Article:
# Isovist

The pale blue area is the point isovist that can be seen from the centre of the circle

A single isovist is the volume of space visible from a given point in space, together with a specification of the location of that point. Isovists are naturally three-dimensional, but they may also be studied in two dimensions: either in horizontal section ("plan") or in other vertical sections through the three-dimensional isovist. Every point in physical space has an isovist associated with it.

The boundary-shape of an isovist may or may not vary with location in, say, a room. If the room is convex (for example, a rectangle or circle), then the boundary-shape of every isovist in that room is the same; and so is its volume (or area, if we are thinking in plan). But the location of the viewpoint relative to the boundary would or could be different. However, if the room were non-convex (for example, an L-shaped or partitioned room), then there would be many isovists whose volume (area) would be less than that of the whole room, and perhaps some that were the whole room; and many would have different, perhaps unique shapes: large and small, narrow and wide, centric and eccentric, whole and shredded.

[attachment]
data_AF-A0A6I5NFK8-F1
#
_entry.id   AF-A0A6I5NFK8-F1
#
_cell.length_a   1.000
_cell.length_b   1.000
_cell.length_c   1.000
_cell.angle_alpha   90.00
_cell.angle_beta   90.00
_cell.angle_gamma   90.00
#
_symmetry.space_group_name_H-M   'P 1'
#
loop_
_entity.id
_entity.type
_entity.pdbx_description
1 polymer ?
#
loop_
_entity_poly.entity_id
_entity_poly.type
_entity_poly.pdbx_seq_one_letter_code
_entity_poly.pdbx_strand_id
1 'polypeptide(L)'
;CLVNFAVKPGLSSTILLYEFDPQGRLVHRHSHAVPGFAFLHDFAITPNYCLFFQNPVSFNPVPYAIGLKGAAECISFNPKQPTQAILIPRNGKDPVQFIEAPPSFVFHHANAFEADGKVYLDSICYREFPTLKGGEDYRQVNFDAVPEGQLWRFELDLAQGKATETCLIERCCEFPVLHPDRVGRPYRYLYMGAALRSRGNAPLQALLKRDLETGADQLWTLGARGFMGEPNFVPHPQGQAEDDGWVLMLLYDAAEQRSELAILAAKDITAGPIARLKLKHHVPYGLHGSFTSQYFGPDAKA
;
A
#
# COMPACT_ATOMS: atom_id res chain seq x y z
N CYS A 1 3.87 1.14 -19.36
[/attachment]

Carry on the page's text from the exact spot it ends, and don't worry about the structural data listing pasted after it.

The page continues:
One can also think of the isovist as the volume of space illuminated by a point source of light.

It is used in the field of architecture for analysis of buildings and urban areas, typically as one of a series of methods used in space syntax.